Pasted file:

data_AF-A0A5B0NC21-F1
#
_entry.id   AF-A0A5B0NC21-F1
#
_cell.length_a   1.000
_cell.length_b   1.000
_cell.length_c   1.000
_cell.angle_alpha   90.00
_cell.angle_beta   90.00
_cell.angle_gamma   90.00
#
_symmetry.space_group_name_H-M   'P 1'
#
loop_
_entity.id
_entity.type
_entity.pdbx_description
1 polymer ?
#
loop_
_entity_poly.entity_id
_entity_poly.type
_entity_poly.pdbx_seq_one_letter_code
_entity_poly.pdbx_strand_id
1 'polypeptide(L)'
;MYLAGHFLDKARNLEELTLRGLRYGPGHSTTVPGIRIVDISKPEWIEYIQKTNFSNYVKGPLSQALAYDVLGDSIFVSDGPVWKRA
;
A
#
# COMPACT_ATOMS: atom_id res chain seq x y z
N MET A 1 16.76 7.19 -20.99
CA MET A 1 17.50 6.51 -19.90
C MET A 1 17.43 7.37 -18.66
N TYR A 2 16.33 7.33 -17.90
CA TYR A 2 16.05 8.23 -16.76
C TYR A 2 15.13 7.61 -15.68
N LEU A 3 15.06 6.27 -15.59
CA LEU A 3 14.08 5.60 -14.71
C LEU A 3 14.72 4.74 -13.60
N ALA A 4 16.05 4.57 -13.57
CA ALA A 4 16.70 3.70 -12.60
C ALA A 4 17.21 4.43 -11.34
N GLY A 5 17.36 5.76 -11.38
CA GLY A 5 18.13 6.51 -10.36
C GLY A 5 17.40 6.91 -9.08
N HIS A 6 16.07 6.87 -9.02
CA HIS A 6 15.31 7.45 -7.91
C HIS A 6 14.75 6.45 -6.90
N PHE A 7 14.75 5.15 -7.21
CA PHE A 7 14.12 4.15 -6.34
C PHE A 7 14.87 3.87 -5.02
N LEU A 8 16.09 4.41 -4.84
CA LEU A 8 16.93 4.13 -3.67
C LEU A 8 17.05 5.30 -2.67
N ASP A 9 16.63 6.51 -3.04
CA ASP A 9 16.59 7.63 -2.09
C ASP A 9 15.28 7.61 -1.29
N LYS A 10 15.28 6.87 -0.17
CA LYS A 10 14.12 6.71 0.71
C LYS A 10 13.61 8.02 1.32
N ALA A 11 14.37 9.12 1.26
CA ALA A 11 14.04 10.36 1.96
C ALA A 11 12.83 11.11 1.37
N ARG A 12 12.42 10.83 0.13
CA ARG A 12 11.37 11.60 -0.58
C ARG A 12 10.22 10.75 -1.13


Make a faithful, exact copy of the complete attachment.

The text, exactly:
data_AF-A0A5B0NC21-F1
#
_entry.id   AF-A0A5B0NC21-F1
#
_cell.length_a   1.000
_cell.length_b   1.000
_cell.length_c   1.000
_cell.angle_alpha   90.00
_cell.angle_beta   90.00
_cell.angle_gamma   90.00
#
_symmetry.space_group_name_H-M   'P 1'
#
loop_
_entity.id
_entity.type
_entity.pdbx_description
1 polymer ?
#
loop_
_entity_poly.entity_id
_entity_poly.type
_entity_poly.pdbx_seq_one_letter_code
_entity_poly.pdbx_strand_id
1 'polypeptide(L)'
;MYLAGHFLDKARNLEELTLRGLRYGPGHSTTVPGIRIVDISKPEWIEYIQKTNFSNYVKGPLSQALAYDVLGDSIFVSDGPVWKRA
;
A
#
# COMPACT_ATOMS: atom_id res chain seq x y z
N MET A 1 16.76 7.19 -20.99
CA MET A 1 17.50 6.51 -19.90
C MET A 1 17.43 7.37 -18.66
N TYR A 2 16.33 7.33 -17.90
CA TYR A 2 16.05 8.23 -16.76
C TYR A 2 15.13 7.61 -15.68
N LEU A 3 15.06 6.27 -15.59
CA LEU A 3 14.08 5.60 -14.71
C LEU A 3 14.72 4.74 -13.60
N ALA A 4 16.05 4.57 -13.57
CA ALA A 4 16.70 3.70 -12.60
C ALA A 4 17.21 4.43 -11.34
N GLY A 5 17.36 5.76 -11.38
CA GLY A 5 18.13 6.51 -10.36
C GLY A 5 17.40 6.91 -9.08
N HIS A 6 16.07 6.87 -9.02
CA HIS A 6 15.31 7.45 -7.91
C HIS A 6 14.75 6.45 -6.90
N PHE A 7 14.75 5.15 -7.21
CA PHE A 7 14.12 4.15 -6.34
C PHE A 7 14.87 3.87 -5.02
N LEU A 8 16.09 4.41 -4.84
CA LEU A 8 16.93 4.13 -3.67
C LEU A 8 17.05 5.30 -2.67
N ASP A 9 16.63 6.51 -3.04
CA ASP A 9 16.59 7.63 -2.09
C ASP A 9 15.28 7.61 -1.29
N LYS A 10 15.28 6.87 -0.17
CA LYS A 10 14.12 6.71 0.71
C LYS A 10 13.61 8.02 1.32
N ALA A 11 14.37 9.12 1.26
CA ALA A 11 14.04 10.36 1.96
C ALA A 11 12.83 11.11 1.37
N ARG A 12 12.42 10.83 0.13
CA ARG A 12 11.37 11.60 -0.58
C ARG A 12 10.22 10.75 -1.13